|Type of paper:||Essay|
|Categories:||Psychology Society Human behavior|
Own example of altruism psychology definition
I argue that altruism is really a form of egoism.Before I begin my argument I will first define the definitions of both egoism and altruism.
Altruism is the unselfish concern for the welfare of others; selflessness.It can as well be instinctive behavior that is detrimental to the individual but favors the survival or spread of that individual's genes, as by benefiting its relatives.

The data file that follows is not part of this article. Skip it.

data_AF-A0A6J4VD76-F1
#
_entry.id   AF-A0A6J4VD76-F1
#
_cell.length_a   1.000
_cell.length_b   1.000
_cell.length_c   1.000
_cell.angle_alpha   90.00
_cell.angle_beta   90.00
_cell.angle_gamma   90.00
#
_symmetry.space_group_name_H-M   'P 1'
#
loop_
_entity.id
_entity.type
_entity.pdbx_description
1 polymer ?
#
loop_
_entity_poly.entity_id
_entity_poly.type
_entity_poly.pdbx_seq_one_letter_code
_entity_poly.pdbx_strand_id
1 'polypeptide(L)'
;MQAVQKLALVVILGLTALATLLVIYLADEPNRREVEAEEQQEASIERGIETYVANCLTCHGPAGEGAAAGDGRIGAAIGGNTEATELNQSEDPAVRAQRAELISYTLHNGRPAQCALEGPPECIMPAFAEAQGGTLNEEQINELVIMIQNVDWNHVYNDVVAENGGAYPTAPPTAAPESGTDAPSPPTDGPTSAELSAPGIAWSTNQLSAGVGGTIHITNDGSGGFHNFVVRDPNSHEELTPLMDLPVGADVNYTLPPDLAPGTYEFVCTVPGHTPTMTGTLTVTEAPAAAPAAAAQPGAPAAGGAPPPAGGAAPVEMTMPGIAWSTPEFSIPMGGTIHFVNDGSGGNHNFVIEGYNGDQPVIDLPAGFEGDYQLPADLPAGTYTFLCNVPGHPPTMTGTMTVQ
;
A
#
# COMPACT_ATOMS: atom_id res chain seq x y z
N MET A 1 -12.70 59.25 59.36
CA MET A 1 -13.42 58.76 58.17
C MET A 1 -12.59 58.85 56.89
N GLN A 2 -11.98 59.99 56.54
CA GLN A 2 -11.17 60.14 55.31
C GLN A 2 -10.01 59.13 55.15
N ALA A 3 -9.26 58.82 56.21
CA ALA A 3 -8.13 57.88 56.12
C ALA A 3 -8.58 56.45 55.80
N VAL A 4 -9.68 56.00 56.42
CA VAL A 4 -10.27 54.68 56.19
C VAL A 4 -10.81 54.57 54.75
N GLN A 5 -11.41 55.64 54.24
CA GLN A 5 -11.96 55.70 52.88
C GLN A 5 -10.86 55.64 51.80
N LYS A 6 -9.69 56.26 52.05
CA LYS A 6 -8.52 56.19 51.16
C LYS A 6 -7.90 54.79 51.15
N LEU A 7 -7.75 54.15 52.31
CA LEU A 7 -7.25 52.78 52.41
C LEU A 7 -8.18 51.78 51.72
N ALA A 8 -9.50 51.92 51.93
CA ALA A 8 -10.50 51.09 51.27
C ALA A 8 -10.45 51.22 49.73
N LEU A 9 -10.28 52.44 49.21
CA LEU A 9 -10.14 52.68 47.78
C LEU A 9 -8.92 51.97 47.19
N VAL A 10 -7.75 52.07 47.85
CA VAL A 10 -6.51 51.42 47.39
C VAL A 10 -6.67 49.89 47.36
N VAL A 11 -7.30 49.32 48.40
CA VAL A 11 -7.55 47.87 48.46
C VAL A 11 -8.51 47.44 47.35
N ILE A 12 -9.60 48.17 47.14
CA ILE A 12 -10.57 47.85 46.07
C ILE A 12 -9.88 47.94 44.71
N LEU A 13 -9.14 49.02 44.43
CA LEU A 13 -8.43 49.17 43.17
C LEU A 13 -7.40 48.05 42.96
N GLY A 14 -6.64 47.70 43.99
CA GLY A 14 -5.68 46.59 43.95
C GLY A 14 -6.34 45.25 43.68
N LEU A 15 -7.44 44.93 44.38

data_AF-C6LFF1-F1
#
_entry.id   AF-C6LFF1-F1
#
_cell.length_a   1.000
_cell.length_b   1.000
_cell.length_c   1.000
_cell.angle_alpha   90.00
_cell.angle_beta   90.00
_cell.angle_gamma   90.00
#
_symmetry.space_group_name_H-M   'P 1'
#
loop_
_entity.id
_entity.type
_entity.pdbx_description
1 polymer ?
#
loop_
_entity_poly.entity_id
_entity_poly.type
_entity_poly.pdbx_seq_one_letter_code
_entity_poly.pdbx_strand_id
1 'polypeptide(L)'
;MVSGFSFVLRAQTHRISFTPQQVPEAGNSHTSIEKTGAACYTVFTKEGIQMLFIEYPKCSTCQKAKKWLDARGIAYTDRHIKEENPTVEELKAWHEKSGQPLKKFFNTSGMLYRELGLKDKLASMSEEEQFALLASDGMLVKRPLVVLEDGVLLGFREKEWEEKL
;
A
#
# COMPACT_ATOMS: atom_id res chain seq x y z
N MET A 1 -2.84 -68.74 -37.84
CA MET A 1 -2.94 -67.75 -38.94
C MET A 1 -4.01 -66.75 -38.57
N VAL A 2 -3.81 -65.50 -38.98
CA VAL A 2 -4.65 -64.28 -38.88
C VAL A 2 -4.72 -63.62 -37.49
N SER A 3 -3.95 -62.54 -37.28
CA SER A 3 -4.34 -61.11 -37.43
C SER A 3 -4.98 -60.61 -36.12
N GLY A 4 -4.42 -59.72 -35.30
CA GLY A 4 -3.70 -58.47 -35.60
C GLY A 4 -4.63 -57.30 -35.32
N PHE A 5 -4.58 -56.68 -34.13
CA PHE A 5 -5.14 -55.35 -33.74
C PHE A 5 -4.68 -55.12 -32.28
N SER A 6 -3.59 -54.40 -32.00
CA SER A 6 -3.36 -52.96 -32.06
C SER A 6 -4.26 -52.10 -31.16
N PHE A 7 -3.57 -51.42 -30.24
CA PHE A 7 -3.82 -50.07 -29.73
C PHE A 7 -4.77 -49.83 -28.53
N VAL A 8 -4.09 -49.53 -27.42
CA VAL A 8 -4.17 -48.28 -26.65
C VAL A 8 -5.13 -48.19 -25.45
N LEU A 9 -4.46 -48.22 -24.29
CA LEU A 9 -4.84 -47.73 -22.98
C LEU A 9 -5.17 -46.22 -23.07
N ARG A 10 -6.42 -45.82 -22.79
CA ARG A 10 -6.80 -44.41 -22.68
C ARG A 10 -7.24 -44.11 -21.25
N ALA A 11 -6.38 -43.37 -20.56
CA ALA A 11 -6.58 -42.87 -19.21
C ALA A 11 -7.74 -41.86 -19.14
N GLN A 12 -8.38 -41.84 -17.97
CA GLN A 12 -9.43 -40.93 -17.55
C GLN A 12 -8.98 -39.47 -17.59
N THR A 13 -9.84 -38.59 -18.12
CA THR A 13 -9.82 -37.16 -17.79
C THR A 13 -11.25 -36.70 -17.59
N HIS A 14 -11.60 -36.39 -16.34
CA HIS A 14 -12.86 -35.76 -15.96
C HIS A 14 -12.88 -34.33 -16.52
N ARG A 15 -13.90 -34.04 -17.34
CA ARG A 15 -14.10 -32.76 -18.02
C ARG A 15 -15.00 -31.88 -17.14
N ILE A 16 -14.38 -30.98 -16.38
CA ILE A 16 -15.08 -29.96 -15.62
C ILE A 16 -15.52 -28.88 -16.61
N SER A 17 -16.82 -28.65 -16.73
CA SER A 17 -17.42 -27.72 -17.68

Egoism on the other hand is the ethical belief that self-interest is the just and proper motive for all human conduct.I believe that altruistic behavior is a manifestation of egoism in that the desire to help other people, especially in the case where such assistance is not requested of the person giving it, rests solely on that person's self perceived moral righteousness. The fact that this perception is entirely self-actualized suggests that the desire to help others is egoistic rather than altruistic.aWhere self interest comes into play is that all people desire to be seen in a good moral light and one's desire to help others would best serve that self interest. Another example of altruism serving self interest is guilt associated with living a privileged life. The giving of time or money or aaresources to those less fortunate can help stem this guilt, again serving the self interest of the person.The desire to be seen as morally righteous does not always require external validation. In this case, it may be that the self perception of moral righteousness warrants the altruistic behavior. However, there is also the possibility that the rescuer will receive praise upon his "good deed" which would bolter his ego and thus would be highly valued by the individual. In ether case, the desire to help the injured companion is ego based.I argue that all human social interactions are mutually beneficial. No human being will help another unless they can get something out of it for themselves. This proposal is supported by the nature of human social groups. Each specialized component of the group serves the others and they intern serve them and together they form a functioning group. For example, in a tribe, warriors serve the people by protecting them from other hostile tribes. In return the warriors are given money, a well fed and stocked with weapons. These services are provide by the tribal government, the farmers and metal workers respectively. This is proof that self interest is at the hard of altruism and indeed that altruism serves self interest or self preservation and is thus egoistic in nature.Psychological egoism is the thesis that all of our (intentional) actions are ultimately motivated by what we take to be in our own self-interest. This is distinct from ethical egoism, which makes a similar claim that is normative rather than merely descriptive. Many treat altruism as a motivational state that is ultimately other-regarding. (This is importantly different from more technical uses of the term, such as the merely behavioral sense often used in evolutionary theory.) Psychological altruism is the main opposing view, stating that some of our actions are ultimately motivated by genuine altruism (ultimately other-regarding motivations). Importantly, the motivations here must be ultimate or intrinsic. Psychological egoists admit that we can desire to help another, but they will maintain that this is merely instrumental to an ultimate desire that is self-interested. Such a theory is important to ethics in part because it can potentially lead to challenging morality: If altruism is psychologically impossible, then it can't be our duty to be altruistic.